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Study: Regular Drinking Appears To Boost Breast Cancer Risk

Women who raise a glass just a few times a week appear to have a higher risk of getting breast cancer than those who are teetotalers.

A study that looked at the drinking habits and development of breast cancer in more than 100,000 nurses found those who drank more had a small but detectable increase in breast cancer compared with those who drank less.

For women who had a drink a day, the risk was about 1.2 times greater than would have been expected. Over a decade, the change meant the cancer risk increased 0.7 percentage points — to 3.5 percent from 2.8 percent. Not huge, but not nothing. The researchers note the risk is associated with longstanding habits, not drinking a lot over a few weeks or months.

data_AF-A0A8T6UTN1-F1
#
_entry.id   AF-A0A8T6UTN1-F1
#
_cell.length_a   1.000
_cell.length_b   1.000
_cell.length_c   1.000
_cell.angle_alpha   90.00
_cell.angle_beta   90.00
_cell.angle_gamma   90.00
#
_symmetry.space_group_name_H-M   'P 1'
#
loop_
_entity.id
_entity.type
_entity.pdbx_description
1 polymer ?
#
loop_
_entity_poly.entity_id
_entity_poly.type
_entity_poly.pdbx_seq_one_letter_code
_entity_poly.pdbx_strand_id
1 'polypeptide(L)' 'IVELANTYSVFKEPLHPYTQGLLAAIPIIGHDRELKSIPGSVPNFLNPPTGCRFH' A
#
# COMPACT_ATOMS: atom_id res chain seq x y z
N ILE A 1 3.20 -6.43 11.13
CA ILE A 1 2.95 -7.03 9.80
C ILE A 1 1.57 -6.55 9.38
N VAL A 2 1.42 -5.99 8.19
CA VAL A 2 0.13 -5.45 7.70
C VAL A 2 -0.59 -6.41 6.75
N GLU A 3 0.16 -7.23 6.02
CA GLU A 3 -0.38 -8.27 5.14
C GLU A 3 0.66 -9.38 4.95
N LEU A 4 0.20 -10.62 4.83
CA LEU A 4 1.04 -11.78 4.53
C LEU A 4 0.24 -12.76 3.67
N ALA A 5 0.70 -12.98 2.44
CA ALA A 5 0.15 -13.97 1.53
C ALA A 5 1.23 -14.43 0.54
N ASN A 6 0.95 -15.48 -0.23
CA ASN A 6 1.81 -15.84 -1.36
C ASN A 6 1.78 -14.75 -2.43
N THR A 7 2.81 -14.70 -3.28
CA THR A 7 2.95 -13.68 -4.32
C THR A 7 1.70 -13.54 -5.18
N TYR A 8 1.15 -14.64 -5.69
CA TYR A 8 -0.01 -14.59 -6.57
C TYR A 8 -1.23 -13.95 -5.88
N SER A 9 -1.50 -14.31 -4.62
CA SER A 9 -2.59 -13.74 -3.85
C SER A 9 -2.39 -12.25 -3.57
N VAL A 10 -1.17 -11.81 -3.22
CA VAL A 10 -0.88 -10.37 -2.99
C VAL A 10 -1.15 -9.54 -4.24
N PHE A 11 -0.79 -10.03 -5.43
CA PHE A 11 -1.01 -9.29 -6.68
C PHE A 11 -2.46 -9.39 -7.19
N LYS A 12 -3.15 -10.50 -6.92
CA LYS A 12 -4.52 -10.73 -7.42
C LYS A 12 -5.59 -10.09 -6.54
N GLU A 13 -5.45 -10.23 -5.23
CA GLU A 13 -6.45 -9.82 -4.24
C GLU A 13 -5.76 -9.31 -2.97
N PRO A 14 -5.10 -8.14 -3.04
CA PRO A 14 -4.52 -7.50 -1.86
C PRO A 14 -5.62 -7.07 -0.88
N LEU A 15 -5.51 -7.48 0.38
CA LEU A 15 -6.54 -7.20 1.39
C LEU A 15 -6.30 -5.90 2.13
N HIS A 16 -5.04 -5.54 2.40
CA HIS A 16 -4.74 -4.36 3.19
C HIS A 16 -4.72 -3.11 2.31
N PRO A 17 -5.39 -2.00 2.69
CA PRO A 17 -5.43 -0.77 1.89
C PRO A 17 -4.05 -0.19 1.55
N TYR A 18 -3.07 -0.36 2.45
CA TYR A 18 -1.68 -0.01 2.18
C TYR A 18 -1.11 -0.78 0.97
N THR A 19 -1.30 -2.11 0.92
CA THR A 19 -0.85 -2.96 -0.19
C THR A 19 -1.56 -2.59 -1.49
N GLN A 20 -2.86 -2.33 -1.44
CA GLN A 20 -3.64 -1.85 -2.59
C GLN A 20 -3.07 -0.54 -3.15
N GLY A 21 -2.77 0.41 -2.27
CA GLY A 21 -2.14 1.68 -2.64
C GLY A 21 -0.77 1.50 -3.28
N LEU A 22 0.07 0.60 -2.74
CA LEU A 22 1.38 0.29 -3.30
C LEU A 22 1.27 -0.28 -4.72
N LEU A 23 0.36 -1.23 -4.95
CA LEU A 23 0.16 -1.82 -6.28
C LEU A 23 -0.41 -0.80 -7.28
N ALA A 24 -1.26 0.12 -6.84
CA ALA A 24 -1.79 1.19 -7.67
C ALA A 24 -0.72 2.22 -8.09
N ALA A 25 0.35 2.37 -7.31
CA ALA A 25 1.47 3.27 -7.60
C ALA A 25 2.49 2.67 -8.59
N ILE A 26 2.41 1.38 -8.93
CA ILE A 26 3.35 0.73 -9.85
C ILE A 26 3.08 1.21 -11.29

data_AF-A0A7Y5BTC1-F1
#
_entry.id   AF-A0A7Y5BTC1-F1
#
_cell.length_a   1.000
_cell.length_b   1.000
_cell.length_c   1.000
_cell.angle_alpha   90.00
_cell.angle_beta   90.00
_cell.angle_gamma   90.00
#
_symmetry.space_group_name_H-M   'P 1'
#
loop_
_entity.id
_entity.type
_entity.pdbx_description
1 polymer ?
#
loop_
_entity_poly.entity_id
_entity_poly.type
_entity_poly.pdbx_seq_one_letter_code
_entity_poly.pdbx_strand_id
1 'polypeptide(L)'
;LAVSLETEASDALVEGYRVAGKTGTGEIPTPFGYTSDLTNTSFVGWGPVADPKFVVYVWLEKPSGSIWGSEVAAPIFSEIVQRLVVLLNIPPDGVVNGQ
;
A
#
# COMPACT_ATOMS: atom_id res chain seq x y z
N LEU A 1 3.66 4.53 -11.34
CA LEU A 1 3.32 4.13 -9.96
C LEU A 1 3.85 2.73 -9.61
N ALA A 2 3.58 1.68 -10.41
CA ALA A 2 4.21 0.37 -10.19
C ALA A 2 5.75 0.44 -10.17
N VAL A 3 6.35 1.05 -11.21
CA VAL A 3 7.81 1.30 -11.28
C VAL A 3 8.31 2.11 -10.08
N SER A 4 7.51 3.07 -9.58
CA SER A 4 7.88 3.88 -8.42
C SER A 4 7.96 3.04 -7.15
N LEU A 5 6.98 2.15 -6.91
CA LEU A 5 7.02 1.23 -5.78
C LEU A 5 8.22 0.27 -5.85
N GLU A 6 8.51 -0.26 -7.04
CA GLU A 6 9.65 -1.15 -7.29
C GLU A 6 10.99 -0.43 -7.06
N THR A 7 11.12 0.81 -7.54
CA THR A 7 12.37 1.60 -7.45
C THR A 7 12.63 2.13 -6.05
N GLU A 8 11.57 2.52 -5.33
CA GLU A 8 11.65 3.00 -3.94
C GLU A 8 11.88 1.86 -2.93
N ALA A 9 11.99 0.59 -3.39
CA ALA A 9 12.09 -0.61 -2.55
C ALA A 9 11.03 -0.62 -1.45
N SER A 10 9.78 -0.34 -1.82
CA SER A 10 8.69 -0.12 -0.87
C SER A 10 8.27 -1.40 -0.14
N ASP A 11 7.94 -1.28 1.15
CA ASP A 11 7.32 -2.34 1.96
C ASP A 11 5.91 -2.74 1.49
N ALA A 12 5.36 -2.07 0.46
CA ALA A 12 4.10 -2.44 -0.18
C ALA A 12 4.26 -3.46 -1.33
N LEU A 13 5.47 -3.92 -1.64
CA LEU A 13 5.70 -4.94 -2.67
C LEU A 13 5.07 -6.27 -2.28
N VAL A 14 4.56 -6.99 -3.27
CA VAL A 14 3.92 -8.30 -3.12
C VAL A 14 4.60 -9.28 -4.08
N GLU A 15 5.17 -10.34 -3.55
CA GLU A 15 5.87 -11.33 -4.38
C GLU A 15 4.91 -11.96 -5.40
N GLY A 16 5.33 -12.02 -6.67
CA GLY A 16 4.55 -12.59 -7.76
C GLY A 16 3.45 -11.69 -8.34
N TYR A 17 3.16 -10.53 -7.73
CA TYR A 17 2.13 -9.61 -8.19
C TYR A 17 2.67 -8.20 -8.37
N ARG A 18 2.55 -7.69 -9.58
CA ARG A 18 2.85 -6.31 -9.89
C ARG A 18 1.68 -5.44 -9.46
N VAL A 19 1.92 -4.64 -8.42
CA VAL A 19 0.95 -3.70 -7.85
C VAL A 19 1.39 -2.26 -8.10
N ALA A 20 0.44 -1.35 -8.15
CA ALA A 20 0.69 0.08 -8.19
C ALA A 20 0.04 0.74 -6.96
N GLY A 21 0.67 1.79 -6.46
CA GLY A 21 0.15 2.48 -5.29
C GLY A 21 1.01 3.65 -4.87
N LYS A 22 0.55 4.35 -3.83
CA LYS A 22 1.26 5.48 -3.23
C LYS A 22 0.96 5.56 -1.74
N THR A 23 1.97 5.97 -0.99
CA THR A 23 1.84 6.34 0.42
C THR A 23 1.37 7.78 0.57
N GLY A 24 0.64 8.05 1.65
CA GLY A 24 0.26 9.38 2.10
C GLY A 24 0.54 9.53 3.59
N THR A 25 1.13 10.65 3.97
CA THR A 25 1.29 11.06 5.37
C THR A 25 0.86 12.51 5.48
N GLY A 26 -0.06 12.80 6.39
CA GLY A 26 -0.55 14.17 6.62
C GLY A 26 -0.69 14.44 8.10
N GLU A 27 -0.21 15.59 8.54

The findings were just published in JAMA, the Journal of the American Medical Association. And they're consistent with some previous research that has suggested a cancer hazard. The latest study checked on a lot of women for many years, which is a strength. But it didn't randomize them to drinking and nondrinking groups, which limits the ability of the researchers to assess cause and effect.

What might be going on? One possibility is that alcohol may boost the level of hormones such as estrogen in the blood, which could raise cancer risks. It may be that exposure to alcohol starting in early in life is a cumulative risk that contributes to cancer that becomes evident after menopause.

An accompanying JAMA editorial asks: Should "postmenopausal women stop drinking to reduce their risk of breast cancer?" There's no clear evidence that would help. And there is evidence of health benefits from moderate drinking, such as protection against heart disease.

Harvard's Dr. Wendy Chen, lead author of the study, offered one bit of advice for those concerned about the cancer hazard. "We didn't see any increased risk of breast cancer at alcohol consumption less than three drinks per week, so that would be a safe amount to tell someone in terms of the breast cancer risk," she said in the video you can watch below.

Copyright 2011 National Public Radio. To see more, visit http://www.npr.org/.

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